Looking for more information on hernias and hernia treatment? When a hernia does not go away on its own, then surgery is the only treatment available to permanently repair a hernia. Many people who are in need of hernia surgery choose to undergo laparoscopic surgery, as this type of surgery is minimally invasive.Wondering just how…
How Serious Is a Hernia Repair? [Hernia Surgery]
You are about to undergo hernia repair surgery, and you have some questions. Mainly, you want to know how serious the surgery is. All surgeries come with some risks. That is true, even if you only undergo something as simple as cataract surgery. Learn about the risks and recovery time for the two types of hernia surgery.
Hernia repair surgery risks and recovery time
Patients can undergo open or laparoscopic hernia repair surgery. The surgery selected depends on the location and size of the hernia. Both surgeries have potential complications, but most people recover quickly. Get the details of each surgery.
Open hernia repair
Open hernia repair is the most common option for patients. This procedure can be conducted under sedation or local anesthesia. Surgeons make a 4-5 cm incision to reach the hernia and repair it. The surgery normally takes 30 to 45 minutes.
Possible risks include blood clots, infection and hernia reoccurrence. Patients should expect to experience some pain following open hernia repair surgery as well. Approximately two-thirds of patients experience moderate pain immediately following the surgery. The pain typically gets better within days.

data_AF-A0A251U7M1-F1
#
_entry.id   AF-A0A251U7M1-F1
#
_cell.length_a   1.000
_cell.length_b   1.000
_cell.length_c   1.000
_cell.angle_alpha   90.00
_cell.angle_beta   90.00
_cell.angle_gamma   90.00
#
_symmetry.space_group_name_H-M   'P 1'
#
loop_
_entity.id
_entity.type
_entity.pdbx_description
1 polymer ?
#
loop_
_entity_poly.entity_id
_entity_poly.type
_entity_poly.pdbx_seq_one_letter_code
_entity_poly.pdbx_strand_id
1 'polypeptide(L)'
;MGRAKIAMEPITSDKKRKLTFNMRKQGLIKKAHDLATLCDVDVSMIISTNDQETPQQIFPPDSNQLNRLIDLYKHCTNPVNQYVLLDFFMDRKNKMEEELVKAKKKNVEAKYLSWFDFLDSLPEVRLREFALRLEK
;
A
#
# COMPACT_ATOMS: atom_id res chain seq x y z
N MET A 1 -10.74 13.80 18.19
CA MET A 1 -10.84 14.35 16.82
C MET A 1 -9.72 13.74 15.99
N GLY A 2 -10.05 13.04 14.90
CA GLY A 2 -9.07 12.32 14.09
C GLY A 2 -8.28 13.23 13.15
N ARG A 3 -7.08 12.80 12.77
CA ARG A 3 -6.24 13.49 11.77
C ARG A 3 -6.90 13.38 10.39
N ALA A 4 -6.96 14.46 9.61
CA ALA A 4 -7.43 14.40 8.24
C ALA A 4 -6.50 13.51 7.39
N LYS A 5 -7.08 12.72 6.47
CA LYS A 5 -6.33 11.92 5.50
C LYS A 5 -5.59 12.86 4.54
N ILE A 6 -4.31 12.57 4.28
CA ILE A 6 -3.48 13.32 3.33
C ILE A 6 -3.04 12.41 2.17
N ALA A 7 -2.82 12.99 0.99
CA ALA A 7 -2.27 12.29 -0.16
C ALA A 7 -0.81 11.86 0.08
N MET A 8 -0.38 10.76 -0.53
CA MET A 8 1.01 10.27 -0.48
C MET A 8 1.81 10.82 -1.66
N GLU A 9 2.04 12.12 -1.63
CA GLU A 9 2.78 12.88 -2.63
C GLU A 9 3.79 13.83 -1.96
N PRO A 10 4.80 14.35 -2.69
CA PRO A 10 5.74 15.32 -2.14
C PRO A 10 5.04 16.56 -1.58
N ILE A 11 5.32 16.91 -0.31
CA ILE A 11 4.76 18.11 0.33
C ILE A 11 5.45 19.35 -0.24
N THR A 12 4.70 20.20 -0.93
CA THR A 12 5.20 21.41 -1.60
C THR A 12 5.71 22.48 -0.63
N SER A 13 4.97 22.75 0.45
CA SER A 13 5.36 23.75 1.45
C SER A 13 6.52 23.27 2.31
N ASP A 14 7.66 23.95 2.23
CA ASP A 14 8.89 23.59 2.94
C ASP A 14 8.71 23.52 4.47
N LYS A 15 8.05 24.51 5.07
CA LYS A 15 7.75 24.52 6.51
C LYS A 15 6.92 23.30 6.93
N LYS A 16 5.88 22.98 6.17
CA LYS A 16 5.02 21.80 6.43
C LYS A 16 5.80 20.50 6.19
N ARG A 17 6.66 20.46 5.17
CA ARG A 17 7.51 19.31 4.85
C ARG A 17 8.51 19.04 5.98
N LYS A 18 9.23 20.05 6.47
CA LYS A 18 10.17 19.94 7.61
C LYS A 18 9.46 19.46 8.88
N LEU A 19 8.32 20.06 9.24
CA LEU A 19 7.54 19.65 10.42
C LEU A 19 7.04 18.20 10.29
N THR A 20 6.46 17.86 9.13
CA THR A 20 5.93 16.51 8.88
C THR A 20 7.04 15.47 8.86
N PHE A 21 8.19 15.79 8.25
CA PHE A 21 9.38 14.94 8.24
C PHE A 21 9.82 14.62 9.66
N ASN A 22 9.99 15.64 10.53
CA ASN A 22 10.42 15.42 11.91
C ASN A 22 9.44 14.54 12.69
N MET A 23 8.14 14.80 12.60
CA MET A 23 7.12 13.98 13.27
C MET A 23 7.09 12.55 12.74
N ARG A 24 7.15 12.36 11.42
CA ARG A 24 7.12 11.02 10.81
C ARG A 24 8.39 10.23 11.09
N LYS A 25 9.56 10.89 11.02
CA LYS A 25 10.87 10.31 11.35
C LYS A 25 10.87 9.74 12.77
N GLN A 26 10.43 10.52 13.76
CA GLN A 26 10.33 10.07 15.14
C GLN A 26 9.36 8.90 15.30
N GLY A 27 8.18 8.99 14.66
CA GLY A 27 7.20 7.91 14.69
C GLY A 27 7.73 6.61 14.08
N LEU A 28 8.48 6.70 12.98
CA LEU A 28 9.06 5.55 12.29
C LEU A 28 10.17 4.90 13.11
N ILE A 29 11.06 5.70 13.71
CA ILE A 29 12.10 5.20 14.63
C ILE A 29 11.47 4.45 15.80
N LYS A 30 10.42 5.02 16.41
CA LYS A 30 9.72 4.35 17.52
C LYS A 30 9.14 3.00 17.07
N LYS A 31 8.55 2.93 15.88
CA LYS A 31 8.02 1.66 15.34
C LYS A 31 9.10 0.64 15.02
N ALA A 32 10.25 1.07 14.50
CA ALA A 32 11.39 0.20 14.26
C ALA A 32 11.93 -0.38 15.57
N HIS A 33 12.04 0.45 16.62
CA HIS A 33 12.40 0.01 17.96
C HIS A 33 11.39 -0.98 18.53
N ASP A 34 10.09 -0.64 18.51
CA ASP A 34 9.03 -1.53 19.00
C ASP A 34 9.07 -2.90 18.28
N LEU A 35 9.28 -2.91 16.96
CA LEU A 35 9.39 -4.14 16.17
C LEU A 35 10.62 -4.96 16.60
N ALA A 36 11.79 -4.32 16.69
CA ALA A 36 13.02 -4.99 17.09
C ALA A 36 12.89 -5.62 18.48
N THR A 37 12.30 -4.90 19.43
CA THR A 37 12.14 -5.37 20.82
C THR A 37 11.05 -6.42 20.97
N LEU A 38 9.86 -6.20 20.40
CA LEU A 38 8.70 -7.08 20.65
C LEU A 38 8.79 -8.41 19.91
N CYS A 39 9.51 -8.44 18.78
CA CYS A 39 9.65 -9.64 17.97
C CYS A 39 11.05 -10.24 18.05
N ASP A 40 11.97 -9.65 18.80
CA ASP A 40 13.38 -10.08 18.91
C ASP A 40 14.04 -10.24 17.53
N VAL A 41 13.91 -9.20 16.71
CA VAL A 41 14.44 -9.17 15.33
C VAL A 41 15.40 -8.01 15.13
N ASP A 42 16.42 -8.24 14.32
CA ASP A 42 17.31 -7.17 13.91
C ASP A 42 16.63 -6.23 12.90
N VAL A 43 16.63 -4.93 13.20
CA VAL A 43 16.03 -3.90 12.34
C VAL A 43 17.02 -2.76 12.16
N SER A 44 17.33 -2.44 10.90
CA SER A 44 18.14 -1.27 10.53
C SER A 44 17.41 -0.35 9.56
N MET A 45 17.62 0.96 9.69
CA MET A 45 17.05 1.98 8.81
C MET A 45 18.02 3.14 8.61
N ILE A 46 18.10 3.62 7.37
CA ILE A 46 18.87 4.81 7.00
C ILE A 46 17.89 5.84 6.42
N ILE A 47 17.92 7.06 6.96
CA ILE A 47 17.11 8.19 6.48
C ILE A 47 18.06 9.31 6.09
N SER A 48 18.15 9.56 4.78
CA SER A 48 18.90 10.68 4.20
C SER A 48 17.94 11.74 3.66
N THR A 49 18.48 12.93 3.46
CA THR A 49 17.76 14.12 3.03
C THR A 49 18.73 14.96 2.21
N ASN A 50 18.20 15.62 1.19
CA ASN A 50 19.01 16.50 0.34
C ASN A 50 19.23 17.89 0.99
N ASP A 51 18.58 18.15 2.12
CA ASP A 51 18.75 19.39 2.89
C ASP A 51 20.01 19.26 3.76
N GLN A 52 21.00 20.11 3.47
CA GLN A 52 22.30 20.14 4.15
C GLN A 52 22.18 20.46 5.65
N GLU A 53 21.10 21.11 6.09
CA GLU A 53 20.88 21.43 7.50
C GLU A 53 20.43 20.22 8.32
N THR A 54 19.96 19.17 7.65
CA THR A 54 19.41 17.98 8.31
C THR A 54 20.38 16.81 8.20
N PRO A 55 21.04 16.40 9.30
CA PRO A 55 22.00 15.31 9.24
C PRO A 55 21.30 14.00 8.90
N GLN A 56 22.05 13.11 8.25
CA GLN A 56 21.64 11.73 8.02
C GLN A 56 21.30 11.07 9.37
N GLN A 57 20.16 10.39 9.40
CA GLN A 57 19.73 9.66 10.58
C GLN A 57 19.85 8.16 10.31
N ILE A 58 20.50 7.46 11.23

Many are surprised that open hernia repair is normally a same-day surgery. Patients are typically discharged a few hours after the procedure but should not overexert themselves. Patients can expect to wait up to three weeks before returning to normal activities. It might be six weeks before patients can engage in strenuous activities.
Laparoscopic surgery is less common because of the advanced training it requires. This minimally invasive surgery is performed under general anesthesia. It requires a 1-2 cm incision along with two or more punctures. The surgeon uses a laparoscope connected to a camera to see inside the patient. Small laparoscopic instruments are used to repair the hernia. Laparoscopic surgery is slightly longer than open surgery, taking up to one hour to perform.
This surgery also has a low risk of infection, blood clots and reoccurrence. General anesthesia also comes with some risks. Potential risks include breathing problems during and following the surgery. The surgeon checks the patient’s overall health to determine if they are good candidates for general anesthesia. Factors like heart disease, seizures, lung conditions and high blood pressure increase the risk.
Approximately one-third of patients have moderate pain following the procedure. This is also an outpatient surgery and patients often recover within days. Most patients return to work within a week of undergoing laparoscopic hernia repair. It can take up to four weeks for the patient to be ready for strenuous activities.
Getting a hernia repair
As with any surgical procedure, you need to weigh the risks of getting surgery against the risks of not treating your condition. Failing to repair a hernia can lead to serious complications. For many, the potential risks are less serious than the possibility of developing a strangulated hernia. If you are unsure if you should get a repair, talk to your doctor.
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